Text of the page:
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AJNR Am J Neuroradiol. 2018 Aug;39(8):1453-1459. doi: 10.3174/ajnr.A5721. Epub 2018 Jul 12.

Application of 3D Fast Spin-Echo T1 Black-Blood Imaging in the Diagnosis and Prognostic Prediction of Patients with Leptomeningeal Carcinomatosis.

Oh J1,2, Choi SH3,2,4,5, Lee E1, Shin DJ1, Jo SW1, Yoo RE1,2, Kang KM1,2, Yun TJ1,2, Kim JH1,2, Sohn CH1,2.

Author information

1
From the Department of Radiology (J.O., S.H.C., E.L., D.J.S., S.W.J., R.-E.Y., K.M.K., T.J.Y., J.-h.K., C.-H.S.), Seoul National University Hospital, Seoul, Korea.
2
Department of Radiology (J.O., S.H.C., R.-E.Y., K.M.K., T.J.Y., J.-h.K., C.-H.S.), Seoul National University College of Medicine, Seoul, Korea.
3
From the Department of Radiology (J.O., S.H.C., E.L., D.J.S., S.W.J., R.-E.Y., K.M.K., T.J.Y., J.-h.K., C.-H.S.), Seoul National University Hospital, Seoul, Korea verocay@snuh.org.
4
Institute of Radiation Medicine (S.H.C.), Seoul National University Medical Research Center, Seoul, Korea.
5
Center for Nanoparticle Research (S.H.C.), Institute for Basic Science, Seoul, Republic of Korea.

Abstract

BACKGROUND AND PURPOSE:

Contrast-enhanced 3D fast spin-echo T1 black-blood imaging selectively suppresses the signal of blood flow and could provide a higher contrast-to-noise ratio compared with contrast-enhanced 3D ultrafast gradient recalled echo (contrast-enhanced gradient recalled echo) and 2D spin-echo T1WI (contrast-enhanced spin-echo). The purpose of our study was to evaluate whether black-blood imaging can improve the diagnostic accuracy for leptomeningeal carcinomatosis compared with contrast-enhanced gradient recalled-echo and contrast-enhanced spin-echo and, furthermore, to determine whether the grade of leptomeningeal carcinomatosis evaluated on black-blood imaging is a significant predictor of progression-free survival.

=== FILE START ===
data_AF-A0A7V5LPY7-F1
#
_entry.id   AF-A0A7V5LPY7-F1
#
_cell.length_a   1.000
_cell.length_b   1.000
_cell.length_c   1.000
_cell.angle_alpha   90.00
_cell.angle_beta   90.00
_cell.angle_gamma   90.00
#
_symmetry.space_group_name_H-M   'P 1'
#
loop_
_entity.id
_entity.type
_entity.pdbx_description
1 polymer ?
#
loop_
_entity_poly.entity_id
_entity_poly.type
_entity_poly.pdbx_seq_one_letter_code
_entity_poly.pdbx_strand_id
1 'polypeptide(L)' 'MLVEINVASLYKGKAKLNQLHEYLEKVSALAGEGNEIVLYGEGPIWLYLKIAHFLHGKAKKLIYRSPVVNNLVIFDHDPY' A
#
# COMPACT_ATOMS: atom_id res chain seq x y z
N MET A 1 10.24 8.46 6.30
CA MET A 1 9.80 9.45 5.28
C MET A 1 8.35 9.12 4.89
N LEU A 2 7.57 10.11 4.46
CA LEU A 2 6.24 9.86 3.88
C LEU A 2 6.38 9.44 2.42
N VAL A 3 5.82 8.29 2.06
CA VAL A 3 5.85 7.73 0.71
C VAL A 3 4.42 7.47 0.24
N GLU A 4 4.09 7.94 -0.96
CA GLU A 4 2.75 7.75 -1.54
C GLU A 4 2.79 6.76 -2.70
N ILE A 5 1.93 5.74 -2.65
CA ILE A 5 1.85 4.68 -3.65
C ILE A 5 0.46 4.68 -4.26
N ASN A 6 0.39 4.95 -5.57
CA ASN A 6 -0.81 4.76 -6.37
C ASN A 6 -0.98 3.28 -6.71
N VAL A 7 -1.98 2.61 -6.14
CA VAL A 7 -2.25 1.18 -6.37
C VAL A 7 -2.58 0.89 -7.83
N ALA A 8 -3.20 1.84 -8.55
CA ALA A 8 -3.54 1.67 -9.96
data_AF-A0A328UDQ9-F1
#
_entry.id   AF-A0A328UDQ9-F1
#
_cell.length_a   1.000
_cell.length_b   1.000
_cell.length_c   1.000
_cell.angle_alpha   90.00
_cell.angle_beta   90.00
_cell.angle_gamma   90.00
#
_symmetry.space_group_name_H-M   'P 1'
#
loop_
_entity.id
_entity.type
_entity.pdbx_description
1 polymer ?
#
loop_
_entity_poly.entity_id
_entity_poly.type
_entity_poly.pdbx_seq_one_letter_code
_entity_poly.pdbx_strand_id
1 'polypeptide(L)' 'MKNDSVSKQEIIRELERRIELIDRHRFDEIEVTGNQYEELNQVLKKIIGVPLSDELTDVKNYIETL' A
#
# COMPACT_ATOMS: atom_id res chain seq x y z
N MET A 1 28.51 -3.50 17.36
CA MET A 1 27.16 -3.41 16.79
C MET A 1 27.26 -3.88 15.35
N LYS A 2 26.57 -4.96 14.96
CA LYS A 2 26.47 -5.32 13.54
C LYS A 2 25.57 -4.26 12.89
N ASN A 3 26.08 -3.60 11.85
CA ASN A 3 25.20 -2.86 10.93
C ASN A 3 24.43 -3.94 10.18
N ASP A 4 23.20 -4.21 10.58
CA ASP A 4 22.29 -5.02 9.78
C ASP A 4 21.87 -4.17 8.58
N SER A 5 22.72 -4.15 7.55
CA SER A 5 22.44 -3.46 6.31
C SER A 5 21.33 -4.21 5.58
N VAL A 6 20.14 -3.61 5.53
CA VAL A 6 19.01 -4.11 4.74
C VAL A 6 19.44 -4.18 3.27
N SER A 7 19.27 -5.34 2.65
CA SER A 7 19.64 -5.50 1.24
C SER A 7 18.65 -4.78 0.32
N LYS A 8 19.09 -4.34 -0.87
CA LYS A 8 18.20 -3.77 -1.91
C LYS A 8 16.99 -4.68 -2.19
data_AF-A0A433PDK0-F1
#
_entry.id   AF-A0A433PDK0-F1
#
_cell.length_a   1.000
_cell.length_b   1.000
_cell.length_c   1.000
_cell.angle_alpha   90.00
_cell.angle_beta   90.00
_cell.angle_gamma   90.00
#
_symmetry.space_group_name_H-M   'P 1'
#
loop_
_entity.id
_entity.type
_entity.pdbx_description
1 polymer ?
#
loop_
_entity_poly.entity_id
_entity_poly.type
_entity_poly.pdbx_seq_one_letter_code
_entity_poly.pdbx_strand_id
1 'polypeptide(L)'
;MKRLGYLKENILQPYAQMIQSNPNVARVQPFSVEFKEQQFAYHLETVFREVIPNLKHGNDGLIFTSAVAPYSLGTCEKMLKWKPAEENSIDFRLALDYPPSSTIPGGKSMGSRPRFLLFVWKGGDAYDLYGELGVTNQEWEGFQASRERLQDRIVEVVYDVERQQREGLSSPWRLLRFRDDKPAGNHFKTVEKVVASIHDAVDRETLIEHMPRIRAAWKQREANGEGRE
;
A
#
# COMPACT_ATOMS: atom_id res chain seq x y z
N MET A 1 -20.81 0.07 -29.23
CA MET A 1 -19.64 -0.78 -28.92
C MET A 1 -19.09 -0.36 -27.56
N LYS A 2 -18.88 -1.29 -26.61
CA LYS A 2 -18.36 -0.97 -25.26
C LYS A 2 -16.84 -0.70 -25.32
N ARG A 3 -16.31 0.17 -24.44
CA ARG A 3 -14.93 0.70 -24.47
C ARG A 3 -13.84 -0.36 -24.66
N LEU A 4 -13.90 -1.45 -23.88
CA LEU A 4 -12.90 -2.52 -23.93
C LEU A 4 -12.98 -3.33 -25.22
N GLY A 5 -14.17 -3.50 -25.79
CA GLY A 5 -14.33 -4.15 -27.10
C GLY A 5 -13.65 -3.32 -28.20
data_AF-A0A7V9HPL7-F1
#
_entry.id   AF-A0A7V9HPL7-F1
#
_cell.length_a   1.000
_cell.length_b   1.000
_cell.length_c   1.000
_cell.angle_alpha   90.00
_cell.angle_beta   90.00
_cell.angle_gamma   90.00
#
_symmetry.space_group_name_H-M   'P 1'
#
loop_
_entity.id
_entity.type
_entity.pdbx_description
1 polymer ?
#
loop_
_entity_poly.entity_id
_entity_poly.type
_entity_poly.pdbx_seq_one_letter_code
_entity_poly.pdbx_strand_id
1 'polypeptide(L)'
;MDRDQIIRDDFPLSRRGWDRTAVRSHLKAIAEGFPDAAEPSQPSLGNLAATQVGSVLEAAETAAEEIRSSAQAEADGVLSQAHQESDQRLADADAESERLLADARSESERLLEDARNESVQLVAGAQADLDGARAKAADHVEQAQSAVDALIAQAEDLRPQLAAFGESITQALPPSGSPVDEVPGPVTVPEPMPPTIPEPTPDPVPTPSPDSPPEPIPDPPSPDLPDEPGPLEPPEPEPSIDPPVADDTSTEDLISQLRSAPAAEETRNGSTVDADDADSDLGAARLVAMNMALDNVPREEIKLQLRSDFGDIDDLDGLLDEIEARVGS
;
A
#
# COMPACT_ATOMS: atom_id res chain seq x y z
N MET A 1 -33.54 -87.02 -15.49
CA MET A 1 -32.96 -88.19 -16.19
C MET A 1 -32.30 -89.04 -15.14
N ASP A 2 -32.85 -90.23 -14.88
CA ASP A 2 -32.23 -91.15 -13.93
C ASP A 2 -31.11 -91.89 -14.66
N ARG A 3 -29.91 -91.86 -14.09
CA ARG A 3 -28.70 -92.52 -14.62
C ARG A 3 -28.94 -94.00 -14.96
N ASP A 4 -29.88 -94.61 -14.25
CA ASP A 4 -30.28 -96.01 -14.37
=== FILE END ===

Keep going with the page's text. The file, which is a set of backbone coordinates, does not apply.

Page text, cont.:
MATERIALS AND METHODS:

Leptomeningeal carcinomatosis (n = 78) and healthy (n = 31) groups were enrolled. Contrast-enhanced gradient recalled-echo, contrast-enhanced spin-echo, and black-blood imaging were separately reviewed, and a diagnostic rating (positive, indeterminate, or negative) and grading of leptomeningeal carcinomatosis were assigned. The diagnostic accuracies of the 3 imaging sequences were compared in terms of leptomeningeal carcinomatosis detection. The Kaplan-Meier and the Cox proportional hazards model analyses were performed to determine the relationship between the leptomeningeal carcinomatosis grade evaluated on black-blood imaging and progression-free survival.

RESULTS:

Black-blood imaging showed a significantly higher sensitivity (97.43%) than contrast-enhanced gradient recalled-echo (64.1%) and contrast-enhanced spin-echo (66.67%) (P < .05). In terms of specificities, we did not find any significant differences among contrast-enhanced gradient recalled-echo (90.32%), contrast-enhanced spin-echo (90.32%), and black-blood imaging (96.77%) (P > .05). A Cox proportional hazards model identified the time to metastasis, Karnofsky Performance Scale status, and a combination of the leptomeningeal carcinomatosis grade with a linear pattern as independent predictors of progression-free survival (P < .05).

CONCLUSIONS:

Black-blood imaging can improve the diagnostic accuracy and predict progression-free survival in patients with leptomeningeal carcinomatosis.

PMID:
30002052
DOI:
10.3174/ajnr.A5721

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